Three species of Ceratitis (Diptera: Tephritidae) are damaging fruit crops in the French island of La Réunion, in the Indian Ocean. A comparison is given on the status of knowledge of mating behavior in these three species. Aspects examined include male pheromone calling (behavioral sequences, circadian rhythm, factors influencing calling), lek formation and precopulatory behavior. While Ceratitis capitata courtship behavior has been heavily studied in many countries, research data are still scarce for Ceratitis rosa and are only preliminary for Ceratitis catoirii.
The Mediterranean Fruit Fly, Ceratitis capitata (Wiedemann), belongs to a large genus currently comprising some 70 species, with main subgenera Ceratitis (9 spp.), Ceratalaspis (29 spp.), Pardalaspis (10 spp.) and Pterandrus (24 spp.) (Hancock 1984, Freidberg 1991, Meyer 1996, Hancock & White 1997).
In La Réunion, a French island situated in the Indian Ocean, 200 km north-east of Mauritius, 3 Ceratitis species are damaging a large variety of fruit crops. The Natal Fruit Fly, Ceratitis (Pterandrus) rosa Karsch is by far the main one in terms of economic importance. This is due to its large geographical distribution throughout the island, from sea-level up to an altitude of 1500 m, and its wide polyphagy (Etienne 1982, Quilici 1989). It largely dominates the other Ceratitis spp. in interspecific competition in most areas of the island C. capitata is found in the lowland and mid-altitude areas, and is particularly abundant in the lee-ward, drier side of the island. The third species, Ceratitis (Ceratitis) catoirii Guérin-Mèneville, may be found at low population densities in eastern and southern lowlands areas.
While C. capitata has a nearly worldwide distribution, C. rosa is present in many African countries, particularly in the eastern and southern parts of the continent. C. catoirii is an endemic species from the Mascarenes, found in Mauritius and La Réunion.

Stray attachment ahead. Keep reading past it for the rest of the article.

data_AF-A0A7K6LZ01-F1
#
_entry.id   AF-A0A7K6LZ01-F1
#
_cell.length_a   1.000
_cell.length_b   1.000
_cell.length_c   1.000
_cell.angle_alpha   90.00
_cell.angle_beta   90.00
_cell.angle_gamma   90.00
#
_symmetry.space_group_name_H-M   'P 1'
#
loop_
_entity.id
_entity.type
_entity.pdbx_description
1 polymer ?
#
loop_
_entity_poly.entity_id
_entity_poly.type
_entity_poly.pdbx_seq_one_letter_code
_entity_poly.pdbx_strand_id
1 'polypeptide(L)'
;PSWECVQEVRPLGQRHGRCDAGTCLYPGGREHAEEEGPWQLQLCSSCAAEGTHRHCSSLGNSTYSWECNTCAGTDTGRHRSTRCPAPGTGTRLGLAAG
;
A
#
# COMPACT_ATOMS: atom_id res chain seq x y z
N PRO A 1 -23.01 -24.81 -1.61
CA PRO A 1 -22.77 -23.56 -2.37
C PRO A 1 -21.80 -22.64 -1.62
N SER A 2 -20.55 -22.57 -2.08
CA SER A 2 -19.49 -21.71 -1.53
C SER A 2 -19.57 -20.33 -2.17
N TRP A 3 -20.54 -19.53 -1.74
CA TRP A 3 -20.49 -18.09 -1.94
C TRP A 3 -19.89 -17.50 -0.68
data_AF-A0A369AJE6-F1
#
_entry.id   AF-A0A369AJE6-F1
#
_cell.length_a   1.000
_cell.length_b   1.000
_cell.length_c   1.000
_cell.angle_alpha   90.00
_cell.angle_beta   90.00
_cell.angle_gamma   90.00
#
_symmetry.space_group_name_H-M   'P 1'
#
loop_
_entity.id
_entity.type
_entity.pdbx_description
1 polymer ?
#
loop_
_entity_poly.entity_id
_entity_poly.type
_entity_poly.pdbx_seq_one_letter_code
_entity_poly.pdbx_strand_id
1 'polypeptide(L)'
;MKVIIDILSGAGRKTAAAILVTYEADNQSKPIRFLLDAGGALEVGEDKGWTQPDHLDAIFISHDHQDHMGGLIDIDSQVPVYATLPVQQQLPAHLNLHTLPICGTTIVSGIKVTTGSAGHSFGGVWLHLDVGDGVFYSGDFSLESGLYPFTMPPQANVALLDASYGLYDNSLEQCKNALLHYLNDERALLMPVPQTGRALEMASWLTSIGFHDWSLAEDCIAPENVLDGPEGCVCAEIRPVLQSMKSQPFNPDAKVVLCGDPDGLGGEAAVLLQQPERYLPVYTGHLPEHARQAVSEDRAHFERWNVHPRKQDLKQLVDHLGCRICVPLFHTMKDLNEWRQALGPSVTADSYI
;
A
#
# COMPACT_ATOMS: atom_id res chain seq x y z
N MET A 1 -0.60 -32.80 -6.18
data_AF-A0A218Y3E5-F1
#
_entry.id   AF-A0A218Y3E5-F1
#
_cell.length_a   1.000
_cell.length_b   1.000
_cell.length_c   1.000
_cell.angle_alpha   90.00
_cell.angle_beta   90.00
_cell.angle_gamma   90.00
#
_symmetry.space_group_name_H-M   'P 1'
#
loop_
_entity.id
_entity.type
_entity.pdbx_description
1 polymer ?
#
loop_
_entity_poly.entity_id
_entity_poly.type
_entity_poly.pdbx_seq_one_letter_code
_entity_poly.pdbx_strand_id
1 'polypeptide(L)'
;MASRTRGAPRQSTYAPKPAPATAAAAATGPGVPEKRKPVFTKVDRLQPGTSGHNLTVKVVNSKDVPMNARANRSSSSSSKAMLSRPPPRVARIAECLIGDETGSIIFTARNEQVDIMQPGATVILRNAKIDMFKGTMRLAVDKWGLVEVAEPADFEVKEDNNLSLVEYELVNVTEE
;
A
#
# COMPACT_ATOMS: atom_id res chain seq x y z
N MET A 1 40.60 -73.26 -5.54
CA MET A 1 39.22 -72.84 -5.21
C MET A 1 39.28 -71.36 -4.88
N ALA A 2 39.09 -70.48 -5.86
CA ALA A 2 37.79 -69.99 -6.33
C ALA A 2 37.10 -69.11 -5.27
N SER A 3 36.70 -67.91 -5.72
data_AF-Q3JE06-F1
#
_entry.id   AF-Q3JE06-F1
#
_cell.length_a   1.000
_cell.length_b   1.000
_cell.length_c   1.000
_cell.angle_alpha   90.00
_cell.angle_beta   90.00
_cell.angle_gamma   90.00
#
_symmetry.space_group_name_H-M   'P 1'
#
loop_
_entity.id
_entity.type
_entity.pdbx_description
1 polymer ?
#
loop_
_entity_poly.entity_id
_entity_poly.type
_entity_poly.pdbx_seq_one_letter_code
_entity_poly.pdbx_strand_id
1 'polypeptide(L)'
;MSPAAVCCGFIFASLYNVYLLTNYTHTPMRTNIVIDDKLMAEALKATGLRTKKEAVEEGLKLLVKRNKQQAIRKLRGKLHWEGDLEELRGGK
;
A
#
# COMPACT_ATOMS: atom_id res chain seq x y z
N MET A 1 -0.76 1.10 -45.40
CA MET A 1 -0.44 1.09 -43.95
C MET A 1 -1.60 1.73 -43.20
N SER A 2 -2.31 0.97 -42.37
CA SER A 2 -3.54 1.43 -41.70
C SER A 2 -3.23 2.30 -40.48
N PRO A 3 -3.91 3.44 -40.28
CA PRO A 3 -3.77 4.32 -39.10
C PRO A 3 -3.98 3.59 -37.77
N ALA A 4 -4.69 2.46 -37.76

In the last twenty years, a large amount of research has been conducted on the sexual behavior of C. capitata. This has recently been reviewed by Eberhard (2000). One of the main objectives of this research was to improve the quality of mass-reared males used in SIT (Sterile Insect Technique) programs against this pest around the world. Comparatively very little knowledge is available on the sexual behavior of C. rosa, despite the economic importance of this species in many african countries and recent projects for implementing SIT against it in South Africa. The sexual behavior of C. catoirii, as is most of its biology, is too date, totally unknown.
Most of the research done in CIRAD Réunion on sexual behavior of C. rosa or C. catoirii is unpublished, and in this paper we summarize the main results obtained. This will provide a preliminary comparison of sexual behavior characteristics in these 3 Ceratitis species.
Material and Methods
For the study of circadian rhythm and factors influencing male calling in C. rosa, we used wild flies collected as larvae in infested fruits of guava, Psidium guayava L. or Chinese guava, Psidium cattleyanum Sabine. Freshly emerged males are placed in cages (30 × 20 × 34 cm) by groups of 10 males per cage. The cages are set in a room exposed to natural light, so that the adults may perceive the decrease of light at dusk. Climatic conditions within the rearing room are measured with a luxmeter (Bioblock Scientific Lx-101 K 32 523) and a thermo-hygrograph (Jules Richard, France). For the study of rhythm, before and during the experiments, males receive a complete food regime consisting of sugar, protein hydrolysate and water. The experiment is conducted during two days (from 0600 h to 1815 h) when males are 13 and 15 days old, with 5 replicates (5 cages). The number of calling males, as well as light intensity, are recorded every half an hour.